A Traditional Home With a Modern Twist
To transform the home for a family with a modernist bent, a Denver design duo first heeded the needs of the home itself
Every house, from a flirtatious Victorian to a stoic Denver square, has its own voice. And when it comes to remodeling one, it takes a good listener to do it right. When tasked with remodeling a traditional home in Denver’s Crestmoor neighborhood for a family who leans toward the avant-garde, Kristi Dinner and Susan Schwab—founding principal designers for Company KD—were all ears, indeed. Like gracious hosts at a cocktail party making the right introductions among an eclectic crowd, they found the common ground.“The house was not their style,” Dinner says. “They came from a contemporary new-build in Hilltop, but when they walked in, it somehow felt right.”
The family chose to relocate because, as devout Jews, they wanted a home close enough to their synagogue that they and their three teenage daughters could walk to services on Saturday. (The laws of the Sabbath prohibit driving in a vehicle from sundown on Friday until sundown on Saturday.) To that end, they were also looking for a home where they could incorporate a kosher kitchen, which requires separate areas for storing and cooking meat and milk products. “We looked for two years,” says the homeowner, dressed casually in jeans, sneakers and a cozy, gray sweater. “When we found this house, we knew it was meant to be.”
At first the owners weren’t sure how much remodeling they would do, because they wanted to preserve the bones of the 13-year-old home, so Dinner and Schwab presented them with a three-tiered design plan. “We gave them options of good, better and best,” Dinner says. “The client had ideas of what they wanted, but the house speaks too, and they wanted to listen to that. So we opted to make it more transitional, to go toward modern yet honor the home by keeping things like the molding and leaded-glass windows. We wanted it to feel warm, sophisticated and elegant.” To create a bridge between old and new, they replaced the existing dark, heavy Brazilian cherry floor and cabinets and chose new, modern furnishings, while also incorporating much of the couple’s pieces from their previous home. They retained the original sweeping staircase in the entryway, but updated it by painting the stairs gray and handrails black. They also added clean-lined, built-in shelves in nearly every room in the home, which feel like an organic part of the house, while tying in the contemporary furnishings and light fixtures. In the dining room, they added a traditional window seat under original leaded-glass windows and chose throw pillows with metallic accents to match the new wallpaper.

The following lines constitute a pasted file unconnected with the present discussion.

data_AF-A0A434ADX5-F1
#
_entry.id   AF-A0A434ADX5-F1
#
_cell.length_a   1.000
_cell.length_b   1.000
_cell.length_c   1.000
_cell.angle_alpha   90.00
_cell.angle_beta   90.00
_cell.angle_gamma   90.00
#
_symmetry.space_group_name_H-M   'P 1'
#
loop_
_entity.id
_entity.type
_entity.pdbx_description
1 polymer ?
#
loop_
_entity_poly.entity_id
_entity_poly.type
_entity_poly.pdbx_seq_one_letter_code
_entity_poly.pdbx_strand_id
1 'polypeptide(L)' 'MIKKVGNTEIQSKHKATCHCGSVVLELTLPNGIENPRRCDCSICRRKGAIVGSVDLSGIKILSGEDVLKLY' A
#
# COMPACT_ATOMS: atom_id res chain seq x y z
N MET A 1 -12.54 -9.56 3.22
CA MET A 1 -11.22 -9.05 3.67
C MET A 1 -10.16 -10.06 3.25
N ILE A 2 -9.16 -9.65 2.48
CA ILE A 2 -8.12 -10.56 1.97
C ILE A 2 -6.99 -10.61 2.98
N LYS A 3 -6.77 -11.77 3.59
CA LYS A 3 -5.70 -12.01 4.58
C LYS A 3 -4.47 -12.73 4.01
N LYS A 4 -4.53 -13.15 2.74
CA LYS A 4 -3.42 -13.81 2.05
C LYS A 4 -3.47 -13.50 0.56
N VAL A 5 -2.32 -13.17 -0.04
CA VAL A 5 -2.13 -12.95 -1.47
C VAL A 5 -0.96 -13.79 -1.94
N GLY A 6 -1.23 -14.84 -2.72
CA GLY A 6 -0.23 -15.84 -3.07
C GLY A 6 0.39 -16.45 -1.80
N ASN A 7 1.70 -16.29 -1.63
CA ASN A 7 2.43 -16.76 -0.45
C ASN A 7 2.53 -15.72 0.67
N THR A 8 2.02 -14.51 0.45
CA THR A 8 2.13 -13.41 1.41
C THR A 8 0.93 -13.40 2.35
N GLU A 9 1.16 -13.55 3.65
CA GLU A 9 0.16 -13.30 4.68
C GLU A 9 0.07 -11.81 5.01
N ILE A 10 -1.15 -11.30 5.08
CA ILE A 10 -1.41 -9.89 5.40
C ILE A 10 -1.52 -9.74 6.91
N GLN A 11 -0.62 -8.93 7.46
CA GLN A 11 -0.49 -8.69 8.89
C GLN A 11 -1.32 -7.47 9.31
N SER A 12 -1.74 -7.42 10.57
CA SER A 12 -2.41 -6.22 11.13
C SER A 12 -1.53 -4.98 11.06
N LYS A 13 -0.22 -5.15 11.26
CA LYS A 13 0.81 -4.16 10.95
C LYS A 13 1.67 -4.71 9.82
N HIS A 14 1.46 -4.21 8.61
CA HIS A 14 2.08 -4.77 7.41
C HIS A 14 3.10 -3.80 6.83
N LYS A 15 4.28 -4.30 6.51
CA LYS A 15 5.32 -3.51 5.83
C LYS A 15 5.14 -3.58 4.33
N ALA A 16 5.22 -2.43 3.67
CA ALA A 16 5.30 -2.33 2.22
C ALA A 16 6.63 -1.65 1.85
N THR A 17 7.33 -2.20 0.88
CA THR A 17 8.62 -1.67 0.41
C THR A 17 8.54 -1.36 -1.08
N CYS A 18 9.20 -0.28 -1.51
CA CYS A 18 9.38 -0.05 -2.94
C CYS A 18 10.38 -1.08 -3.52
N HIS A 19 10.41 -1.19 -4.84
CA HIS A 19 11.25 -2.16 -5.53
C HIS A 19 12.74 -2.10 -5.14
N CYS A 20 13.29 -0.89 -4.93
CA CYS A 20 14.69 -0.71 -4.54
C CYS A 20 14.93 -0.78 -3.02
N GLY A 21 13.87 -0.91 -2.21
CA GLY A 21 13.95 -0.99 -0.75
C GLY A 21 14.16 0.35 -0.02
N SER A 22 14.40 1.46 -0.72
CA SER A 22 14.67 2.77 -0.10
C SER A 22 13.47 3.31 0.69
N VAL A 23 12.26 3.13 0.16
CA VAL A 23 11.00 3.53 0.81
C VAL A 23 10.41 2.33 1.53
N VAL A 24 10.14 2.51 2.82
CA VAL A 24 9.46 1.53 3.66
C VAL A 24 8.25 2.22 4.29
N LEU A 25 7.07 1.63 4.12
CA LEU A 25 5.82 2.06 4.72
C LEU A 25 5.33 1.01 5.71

Another issue was that the new home’s rooms were more defined than the owners’ previous open, airy spaces, so Dinner and Schwab wove similar threads—like a gray paint palette and warm metallics—throughout the home to bring it all together. “We chose clean lines for everything and emphasized unique lighting fixtures throughout,” Dinner says. In the kitchen, they needed a big island that would accommodate casual dining for their family of five and serve as a staging space for holiday entertaining, but they also didn’t like the look of a huge, cold slab of stone. “We felt like we needed a division for working and eating,” Schwab says. They worked with Exquisite Kitchen Design (EKD) to create an acrylic resin that sits on top of the quartz to visually delineate the space and lend a warmth to the cold stone. “A lot of what we do is problem-solve,” Dinner says. “And in the end, it wound up working better than if we had been involved with building the home from the beginning.”